Community Member Credit: Stephen Max
As far as the stock fuel system is concerned. The Maxima uses an airflow referenced system. The mass airflow sensor (MAFs, or MAF) sends a voltage signal to the ECU based on how much air is flowing through it into the engine. The ECU uses that information, along with engine rpm and O2 sensor voltage to determine how long injector pulses should be to achieve stoichiometric combustion. This is for cruising and light acceleration and is called closed-loop mode. Closed-loop refers to the feedback loop in which fuel metering by the injectors is adjusted based on whether the O2 sensors detect combustion that is either leaner or richer than stoichiometric.
If the throttle is opened beyond a certain amount, as sensed by the throttle position sensor, the ECU goes into a mode in which it ignores O2 sensor voltage altogether and uses only the MAF signal and engine rpm. This is the open-loop mode. Injector pulse widths are determined by a lookup table for each combination of MAF voltage and engine rpm. The values in the lookup table are based on engine testing and give about a 13:1 to 13.5:1 air-fuel ratio for the stock engine at wide-open throttle.
When you install the supercharger kit you are significantly increasing the air flowing into the engine. This is not a problem during cruising and light acceleration because the SC does not exceed the airflow beyond what the MAF is able to measure. At wide-open throttle, however, it is possible to exceed what the MAF can measure. Also, for the boosted operation, we want an air-fuel ratio that is lower than what is provided by the ECU as a deterrent to detonation. The method that the Stillen kit uses to provide sufficient fuel for the additional air is to provide extra fuel pressure based on manifold pressure. This is done with the fuel management unit (FMU), which boosts fuel pressure according to a ratio that is determined by the size of the disk inside it. It is possible to have a fuel pressure to boost pressure rate as low as 3:1 and as high as 12:1. The stock Stillen kit comes with a 6:1 disk in the FMU (it might actually be 8:1, I forgot which), meaning that the FMU raises fuel pressure 6 psi for every psi of positive manifold pressure. This is a fairly crude way to tune, but it is simple and effective. In most cases, it results in an overly rich AFR at mid-range rpm which leans out to an acceptable AFR at high rpm.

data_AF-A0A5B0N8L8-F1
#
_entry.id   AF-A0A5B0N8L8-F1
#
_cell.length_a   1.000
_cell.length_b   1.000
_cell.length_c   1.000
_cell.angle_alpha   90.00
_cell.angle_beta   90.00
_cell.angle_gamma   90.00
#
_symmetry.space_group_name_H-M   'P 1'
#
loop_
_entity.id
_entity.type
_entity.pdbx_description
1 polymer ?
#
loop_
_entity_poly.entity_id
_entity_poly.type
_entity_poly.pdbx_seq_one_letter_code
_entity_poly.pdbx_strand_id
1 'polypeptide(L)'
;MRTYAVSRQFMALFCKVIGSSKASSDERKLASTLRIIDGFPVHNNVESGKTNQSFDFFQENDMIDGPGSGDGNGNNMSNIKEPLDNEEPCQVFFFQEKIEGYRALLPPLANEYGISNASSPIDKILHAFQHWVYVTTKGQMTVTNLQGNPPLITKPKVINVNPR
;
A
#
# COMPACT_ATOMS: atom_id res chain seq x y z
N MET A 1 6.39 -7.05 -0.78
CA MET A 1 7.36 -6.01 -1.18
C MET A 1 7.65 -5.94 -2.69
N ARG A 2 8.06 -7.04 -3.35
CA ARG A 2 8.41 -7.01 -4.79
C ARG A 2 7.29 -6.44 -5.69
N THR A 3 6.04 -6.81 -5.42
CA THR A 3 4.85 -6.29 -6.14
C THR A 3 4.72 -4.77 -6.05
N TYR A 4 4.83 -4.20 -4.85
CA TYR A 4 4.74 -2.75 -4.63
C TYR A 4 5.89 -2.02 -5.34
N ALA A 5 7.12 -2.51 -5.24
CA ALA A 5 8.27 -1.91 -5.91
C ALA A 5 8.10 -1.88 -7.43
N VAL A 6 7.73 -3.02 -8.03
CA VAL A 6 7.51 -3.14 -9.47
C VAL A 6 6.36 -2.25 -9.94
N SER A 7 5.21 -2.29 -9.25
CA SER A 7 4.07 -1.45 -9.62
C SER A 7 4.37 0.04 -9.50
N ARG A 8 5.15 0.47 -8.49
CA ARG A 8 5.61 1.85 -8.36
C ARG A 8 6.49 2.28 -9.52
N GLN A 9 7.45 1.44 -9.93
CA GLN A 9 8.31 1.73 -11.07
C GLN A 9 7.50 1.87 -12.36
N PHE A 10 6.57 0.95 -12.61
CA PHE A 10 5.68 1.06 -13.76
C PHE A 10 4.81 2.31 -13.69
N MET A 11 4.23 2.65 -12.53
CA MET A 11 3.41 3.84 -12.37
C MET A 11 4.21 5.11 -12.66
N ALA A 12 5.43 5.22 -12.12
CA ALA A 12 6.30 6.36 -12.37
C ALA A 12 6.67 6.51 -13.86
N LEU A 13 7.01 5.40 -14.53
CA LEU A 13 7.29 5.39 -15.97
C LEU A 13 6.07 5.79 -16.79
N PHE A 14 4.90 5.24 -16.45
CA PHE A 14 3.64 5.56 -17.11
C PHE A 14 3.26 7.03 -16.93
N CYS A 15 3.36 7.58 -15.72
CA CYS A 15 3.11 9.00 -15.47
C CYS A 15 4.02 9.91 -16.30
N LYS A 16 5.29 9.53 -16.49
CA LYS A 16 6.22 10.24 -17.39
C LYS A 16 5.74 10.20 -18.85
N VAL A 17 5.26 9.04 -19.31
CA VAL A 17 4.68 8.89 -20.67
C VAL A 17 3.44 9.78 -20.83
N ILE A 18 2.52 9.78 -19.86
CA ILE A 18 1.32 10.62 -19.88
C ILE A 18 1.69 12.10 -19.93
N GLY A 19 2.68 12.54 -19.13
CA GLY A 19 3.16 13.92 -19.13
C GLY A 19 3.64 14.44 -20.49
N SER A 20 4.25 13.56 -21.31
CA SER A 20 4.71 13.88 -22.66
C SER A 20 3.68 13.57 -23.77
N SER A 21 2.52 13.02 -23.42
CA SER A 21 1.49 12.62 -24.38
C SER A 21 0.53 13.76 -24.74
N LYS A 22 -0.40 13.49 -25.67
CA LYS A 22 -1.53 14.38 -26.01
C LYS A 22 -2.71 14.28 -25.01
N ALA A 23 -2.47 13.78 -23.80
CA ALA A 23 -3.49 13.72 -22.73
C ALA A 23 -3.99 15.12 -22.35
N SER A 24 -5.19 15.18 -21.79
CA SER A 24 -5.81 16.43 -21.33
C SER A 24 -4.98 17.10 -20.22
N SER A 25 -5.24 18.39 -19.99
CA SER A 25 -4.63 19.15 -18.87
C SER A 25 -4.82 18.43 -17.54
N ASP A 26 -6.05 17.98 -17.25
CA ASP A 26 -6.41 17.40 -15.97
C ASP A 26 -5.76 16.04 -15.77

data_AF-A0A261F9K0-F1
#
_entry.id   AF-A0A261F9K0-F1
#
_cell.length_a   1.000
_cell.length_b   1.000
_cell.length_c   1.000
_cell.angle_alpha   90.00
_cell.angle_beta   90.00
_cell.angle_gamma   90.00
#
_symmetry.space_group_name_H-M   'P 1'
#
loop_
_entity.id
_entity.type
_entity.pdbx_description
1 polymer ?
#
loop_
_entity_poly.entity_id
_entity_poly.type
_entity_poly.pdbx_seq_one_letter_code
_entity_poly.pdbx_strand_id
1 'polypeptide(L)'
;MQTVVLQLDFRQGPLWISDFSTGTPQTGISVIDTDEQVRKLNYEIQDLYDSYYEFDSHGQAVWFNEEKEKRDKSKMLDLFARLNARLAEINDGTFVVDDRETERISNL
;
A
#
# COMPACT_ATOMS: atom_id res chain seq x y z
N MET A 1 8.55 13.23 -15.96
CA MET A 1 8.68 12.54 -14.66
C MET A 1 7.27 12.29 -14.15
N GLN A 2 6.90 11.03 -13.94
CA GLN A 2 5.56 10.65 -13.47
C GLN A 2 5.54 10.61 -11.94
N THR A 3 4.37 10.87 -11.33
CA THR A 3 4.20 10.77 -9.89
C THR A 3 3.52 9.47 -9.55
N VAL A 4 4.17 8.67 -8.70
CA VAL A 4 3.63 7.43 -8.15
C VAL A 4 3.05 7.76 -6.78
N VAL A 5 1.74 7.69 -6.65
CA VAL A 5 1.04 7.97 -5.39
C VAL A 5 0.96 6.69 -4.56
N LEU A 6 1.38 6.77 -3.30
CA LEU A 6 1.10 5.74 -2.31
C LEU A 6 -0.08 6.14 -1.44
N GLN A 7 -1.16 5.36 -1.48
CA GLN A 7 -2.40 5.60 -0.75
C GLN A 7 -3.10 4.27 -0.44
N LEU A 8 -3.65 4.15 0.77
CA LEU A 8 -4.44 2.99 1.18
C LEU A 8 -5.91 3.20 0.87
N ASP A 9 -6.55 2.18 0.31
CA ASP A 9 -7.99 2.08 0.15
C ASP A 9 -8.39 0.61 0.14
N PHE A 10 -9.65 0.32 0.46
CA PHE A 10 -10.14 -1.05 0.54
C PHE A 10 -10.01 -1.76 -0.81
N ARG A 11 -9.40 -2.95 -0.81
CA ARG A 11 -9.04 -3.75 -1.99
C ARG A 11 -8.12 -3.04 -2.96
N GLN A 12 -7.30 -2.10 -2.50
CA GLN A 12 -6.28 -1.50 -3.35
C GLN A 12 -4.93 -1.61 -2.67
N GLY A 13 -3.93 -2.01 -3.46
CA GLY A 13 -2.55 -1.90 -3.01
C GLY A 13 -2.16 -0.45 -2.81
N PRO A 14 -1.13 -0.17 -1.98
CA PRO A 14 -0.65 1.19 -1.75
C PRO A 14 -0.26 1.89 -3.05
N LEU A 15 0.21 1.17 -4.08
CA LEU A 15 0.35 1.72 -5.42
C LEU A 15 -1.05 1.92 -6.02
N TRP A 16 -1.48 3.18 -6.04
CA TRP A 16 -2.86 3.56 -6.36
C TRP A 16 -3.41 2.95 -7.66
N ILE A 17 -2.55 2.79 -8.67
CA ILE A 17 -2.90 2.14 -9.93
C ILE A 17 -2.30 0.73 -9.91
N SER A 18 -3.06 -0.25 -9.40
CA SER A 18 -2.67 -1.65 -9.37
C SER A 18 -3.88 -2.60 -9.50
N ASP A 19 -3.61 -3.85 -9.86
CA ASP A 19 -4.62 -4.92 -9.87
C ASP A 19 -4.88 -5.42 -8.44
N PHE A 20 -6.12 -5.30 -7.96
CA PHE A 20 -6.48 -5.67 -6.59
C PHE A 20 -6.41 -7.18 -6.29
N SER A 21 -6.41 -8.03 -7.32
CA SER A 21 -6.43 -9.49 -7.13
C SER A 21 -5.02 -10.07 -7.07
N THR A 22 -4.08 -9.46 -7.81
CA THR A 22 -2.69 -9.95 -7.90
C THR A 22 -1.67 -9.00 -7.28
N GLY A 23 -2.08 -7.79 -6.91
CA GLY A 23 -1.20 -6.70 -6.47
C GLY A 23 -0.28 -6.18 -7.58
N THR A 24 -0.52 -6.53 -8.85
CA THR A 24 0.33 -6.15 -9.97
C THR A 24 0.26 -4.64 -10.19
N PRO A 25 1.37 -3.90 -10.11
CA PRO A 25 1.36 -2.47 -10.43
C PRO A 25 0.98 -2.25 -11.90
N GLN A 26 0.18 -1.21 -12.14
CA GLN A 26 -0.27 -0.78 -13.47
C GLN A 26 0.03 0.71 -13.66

In order to supply the additional fuel, either the Vortech auxiliary inline pump should be used, or the stock in-tank pump should be replaced with the Walbro 255 LPH pump. The stock pump can not deliver enough fuel at a sufficiently high pressure to provide a rich enough AFR to prevent detonation.
- You need more fuel than what the OEM fuel pump can supply. You have two options. You can use the Vortech T-Rex auxiliary inline fuel pump (that comes with the Stillen kit) along with the OEM in-tank pump, or you can replace the in-tank pump with a Walbro 255 LPH pump. If you go with the Walbro pump you do not need the Vortech aux pump.
- In either case, you still need the FMU to raise fuel pressure when you are boosting. The only thing that would change that is if you installed larger fuel injectors that could supply an adequate amount of fuel at OEM fuel pressure.
- The stock fuel pump has its strainer parallel to the bottom of the gas tank and is able to suck up pretty much all the gas in the tank. The strainer that comes with the Walbro points upward at about a 30-degree angle and is not capable of sucking as much gas up (when it gets below approximately 1/8th of a tank) as the stock strainer. To fix the problem, take the stock fuel pump strainer and put it on the Walbro fuel pump. This has been tested and proven to work during the course of installing Mike’s (VIP Maxima) supercharger. With this mod, you can now drive your car like normal and not worry about running out of gas/poor performance at 1/8th of a tank.